Do-Si-Dos Lemon G (Flower)

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AKA:
Brand: BOLD Growth
  • THC

    20 - 22%

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What is Do-Si-Dos Lemon G?

Large, dense green flowers with lots of frosty trichomes


Terpene Profile

Terpene Thumnail

Myrcene

Myrcene is one of the most common terpenes found in cannabis and is also the most likely terpene to be dominant in a strain. This terpene has long been used for it's calming sedative effects; however, you will find Myrcene in similar concentrations in both Sativa and Indica dominant strains. You will recognize myrcene from it's peppery, spicy fragrance. It often reminds users of earthy, musky notes, resembling cloves and imparts flavours from floral tang to herbal musk. Myrcene is can also be found in thyme, mango, lemongrass, and hops.

Terpene Thumnail

Caryophyllene

Best known for its spicy and peppery note, beta-caryophyllene is also found in black pepper, cinnamon, cloves, and spices like oregano, basil and rosemary. Beta-caryophyllene binds to CB2 receptors making it the only terpene that binds to your endocannabinoid receptors. Beta-caryophyllene has also found a niche in the medical and cosmetic industries as an ingredient in anti-inflammatory topicals and creams. Studies have shown that beta-caryophyllene may reduce voluntary intake of alcohol in mice and could be used as a treatment for alcohol withdrawal symptoms.

Terpene Thumnail

Linalool

This terpene is the most responsible for the recognizable marijuana smell with its spicy and floral notes. Linalool is also found in lavender, mint, cinnamon and coriander. Linalool has strong sedative and relaxing properties just like the aromatic herbs where it is found. Therapeutically, Linalool has been shown to exhibit anti-inflammatory, anti-epileptic, anti-stress, and anti-microbial properties. Finally, if you're looking for a natural mosquito repellant linalool has been shown to act as a strong mosquito deterrent.

Myrcene is one of the most common terpenes found in cannabis and is also the most likely terpene to be dominant in a strain. This terpene has long been used for it's calming sedative effects; however, you will find Myrcene in similar concentrations in both Sativa and Indica dominant strains. You will recognize myrcene from it's peppery, spicy fragrance. It often reminds users of earthy, musky notes, resembling cloves and imparts flavours from floral tang to herbal musk. Myrcene is can also be found in thyme, mango, lemongrass, and hops.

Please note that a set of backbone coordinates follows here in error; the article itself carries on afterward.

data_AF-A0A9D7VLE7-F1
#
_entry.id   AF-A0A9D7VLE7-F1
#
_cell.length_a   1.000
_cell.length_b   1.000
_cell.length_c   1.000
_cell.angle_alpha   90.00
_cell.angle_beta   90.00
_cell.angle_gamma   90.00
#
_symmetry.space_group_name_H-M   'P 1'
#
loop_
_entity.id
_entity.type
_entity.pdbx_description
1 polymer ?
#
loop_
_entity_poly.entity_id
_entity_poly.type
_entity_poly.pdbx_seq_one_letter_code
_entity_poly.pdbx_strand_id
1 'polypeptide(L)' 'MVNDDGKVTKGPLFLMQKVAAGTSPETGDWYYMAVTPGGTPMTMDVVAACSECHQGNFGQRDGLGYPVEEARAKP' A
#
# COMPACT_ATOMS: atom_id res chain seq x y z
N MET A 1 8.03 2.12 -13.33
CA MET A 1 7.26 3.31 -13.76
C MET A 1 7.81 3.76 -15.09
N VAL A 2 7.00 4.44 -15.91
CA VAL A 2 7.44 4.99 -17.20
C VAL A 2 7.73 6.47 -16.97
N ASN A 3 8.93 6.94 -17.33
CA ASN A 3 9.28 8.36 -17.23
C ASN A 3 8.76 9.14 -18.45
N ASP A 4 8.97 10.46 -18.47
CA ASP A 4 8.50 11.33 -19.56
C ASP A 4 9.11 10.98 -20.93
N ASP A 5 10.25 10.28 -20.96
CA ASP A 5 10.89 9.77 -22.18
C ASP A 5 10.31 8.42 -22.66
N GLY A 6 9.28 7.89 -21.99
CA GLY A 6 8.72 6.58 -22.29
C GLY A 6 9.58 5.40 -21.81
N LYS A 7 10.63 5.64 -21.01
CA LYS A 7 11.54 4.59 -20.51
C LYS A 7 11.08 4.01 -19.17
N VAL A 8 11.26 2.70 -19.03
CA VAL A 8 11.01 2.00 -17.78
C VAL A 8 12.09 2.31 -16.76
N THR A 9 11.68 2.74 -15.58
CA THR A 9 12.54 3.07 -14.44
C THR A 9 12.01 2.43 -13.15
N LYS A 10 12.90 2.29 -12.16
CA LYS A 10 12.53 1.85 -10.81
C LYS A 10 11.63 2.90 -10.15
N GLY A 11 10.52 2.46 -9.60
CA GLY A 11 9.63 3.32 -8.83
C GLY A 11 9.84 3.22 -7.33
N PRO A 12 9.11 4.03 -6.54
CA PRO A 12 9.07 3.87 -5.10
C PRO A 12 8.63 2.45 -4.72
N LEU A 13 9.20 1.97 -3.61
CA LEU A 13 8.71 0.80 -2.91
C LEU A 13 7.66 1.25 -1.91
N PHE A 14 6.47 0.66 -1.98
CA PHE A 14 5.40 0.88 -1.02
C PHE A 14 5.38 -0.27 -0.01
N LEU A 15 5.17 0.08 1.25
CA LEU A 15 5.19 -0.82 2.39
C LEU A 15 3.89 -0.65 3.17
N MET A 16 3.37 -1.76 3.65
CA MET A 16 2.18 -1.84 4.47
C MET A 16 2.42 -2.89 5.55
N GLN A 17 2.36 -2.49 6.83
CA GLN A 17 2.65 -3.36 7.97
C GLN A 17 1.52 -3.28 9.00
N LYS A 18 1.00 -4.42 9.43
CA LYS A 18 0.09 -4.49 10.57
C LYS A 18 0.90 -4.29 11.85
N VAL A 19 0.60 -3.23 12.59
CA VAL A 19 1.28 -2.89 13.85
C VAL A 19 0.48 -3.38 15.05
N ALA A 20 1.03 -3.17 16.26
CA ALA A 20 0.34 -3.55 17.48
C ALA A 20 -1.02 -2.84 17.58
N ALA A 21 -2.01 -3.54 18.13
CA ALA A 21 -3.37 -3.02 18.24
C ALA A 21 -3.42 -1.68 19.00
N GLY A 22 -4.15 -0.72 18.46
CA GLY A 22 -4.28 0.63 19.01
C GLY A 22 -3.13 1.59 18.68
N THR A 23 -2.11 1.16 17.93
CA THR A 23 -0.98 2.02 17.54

Best known for its spicy and peppery note, beta-caryophyllene is also found in black pepper, cinnamon, cloves, and spices like oregano, basil and rosemary. Beta-caryophyllene binds to CB2 receptors making it the only terpene that binds to your endocannabinoid receptors. Beta-caryophyllene has also found a niche in the medical and cosmetic industries as an ingredient in anti-inflammatory topicals and creams. Studies have shown that beta-caryophyllene may reduce voluntary intake of alcohol in mice and could be used as a treatment for alcohol withdrawal symptoms.

This terpene is the most responsible for the recognizable marijuana smell with its spicy and floral notes. Linalool is also found in lavender, mint, cinnamon and coriander. Linalool has strong sedative and relaxing properties just like the aromatic herbs where it is found. Therapeutically, Linalool has been shown to exhibit anti-inflammatory, anti-epileptic, anti-stress, and anti-microbial properties. Finally, if you're looking for a natural mosquito repellant linalool has been shown to act as a strong mosquito deterrent.

Terpene Detail Thumnail

Myrcene

Myrcene is one of the most common terpenes found in cannabis and is also the most likely terpene to be dominant in a strain. This terpene has long been used for it's calming sedative effects; however, you will find Myrcene in similar concentrations in both Sativa and Indica dominant strains. You will recognize myrcene from it's peppery, spicy fragrance. It often reminds users of earthy, musky notes, resembling cloves and imparts flavours from floral tang to herbal musk. Myrcene is can also be found in thyme, mango, lemongrass, and hops.

Terpene Detail Thumnail

Caryophyllene

Best known for its spicy and peppery note, beta-caryophyllene is also found in black pepper, cinnamon, cloves, and spices like oregano, basil and rosemary. Beta-caryophyllene binds to CB2 receptors making it the only terpene that binds to your endocannabinoid receptors. Beta-caryophyllene has also found a niche in the medical and cosmetic industries as an ingredient in anti-inflammatory topicals and creams. Studies have shown that beta-caryophyllene may reduce voluntary intake of alcohol in mice and could be used as a treatment for alcohol withdrawal symptoms.

Terpene Detail Thumnail

Linalool

This terpene is the most responsible for the recognizable marijuana smell with its spicy and floral notes. Linalool is also found in lavender, mint, cinnamon and coriander. Linalool has strong sedative and relaxing properties just like the aromatic herbs where it is found. Therapeutically, Linalool has been shown to exhibit anti-inflammatory, anti-epileptic, anti-stress, and anti-microbial properties. Finally, if you're looking for a natural mosquito repellant linalool has been shown to act as a strong mosquito deterrent.